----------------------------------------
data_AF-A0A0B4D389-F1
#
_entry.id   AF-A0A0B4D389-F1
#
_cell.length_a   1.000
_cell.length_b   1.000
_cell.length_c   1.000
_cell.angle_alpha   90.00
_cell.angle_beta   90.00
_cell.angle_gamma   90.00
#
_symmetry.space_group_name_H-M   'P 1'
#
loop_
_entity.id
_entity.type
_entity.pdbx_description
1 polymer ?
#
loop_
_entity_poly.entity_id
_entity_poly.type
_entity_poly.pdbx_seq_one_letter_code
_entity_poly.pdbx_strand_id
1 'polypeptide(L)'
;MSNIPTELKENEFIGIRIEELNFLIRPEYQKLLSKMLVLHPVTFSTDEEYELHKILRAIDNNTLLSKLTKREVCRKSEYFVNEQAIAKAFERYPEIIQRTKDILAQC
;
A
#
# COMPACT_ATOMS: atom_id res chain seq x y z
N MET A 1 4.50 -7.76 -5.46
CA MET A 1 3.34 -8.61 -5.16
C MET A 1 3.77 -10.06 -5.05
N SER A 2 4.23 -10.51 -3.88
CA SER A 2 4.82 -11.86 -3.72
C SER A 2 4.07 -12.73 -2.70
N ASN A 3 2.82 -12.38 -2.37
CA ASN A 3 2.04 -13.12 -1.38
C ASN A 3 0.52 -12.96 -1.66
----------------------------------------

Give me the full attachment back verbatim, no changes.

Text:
data_AF-A0A0B4D389-F1
#
_entry.id   AF-A0A0B4D389-F1
#
_cell.length_a   1.000
_cell.length_b   1.000
_cell.length_c   1.000
_cell.angle_alpha   90.00
_cell.angle_beta   90.00
_cell.angle_gamma   90.00
#
_symmetry.space_group_name_H-M   'P 1'
#
loop_
_entity.id
_entity.type
_entity.pdbx_description
1 polymer ?
#
loop_
_entity_poly.entity_id
_entity_poly.type
_entity_poly.pdbx_seq_one_letter_code
_entity_poly.pdbx_strand_id
1 'polypeptide(L)'
;MSNIPTELKENEFIGIRIEELNFLIRPEYQKLLSKMLVLHPVTFSTDEEYELHKILRAIDNNTLLSKLTKREVCRKSEYFVNEQAIAKAFERYPEIIQRTKDILAQC
;
A
#
# COMPACT_ATOMS: atom_id res chain seq x y z
N MET A 1 4.50 -7.76 -5.46
CA MET A 1 3.34 -8.61 -5.16
C MET A 1 3.77 -10.06 -5.05
N SER A 2 4.23 -10.51 -3.88
CA SER A 2 4.82 -11.86 -3.72
C SER A 2 4.07 -12.73 -2.70
N ASN A 3 2.82 -12.38 -2.37
CA ASN A 3 2.04 -13.12 -1.38
C ASN A 3 0.52 -12.96 -1.66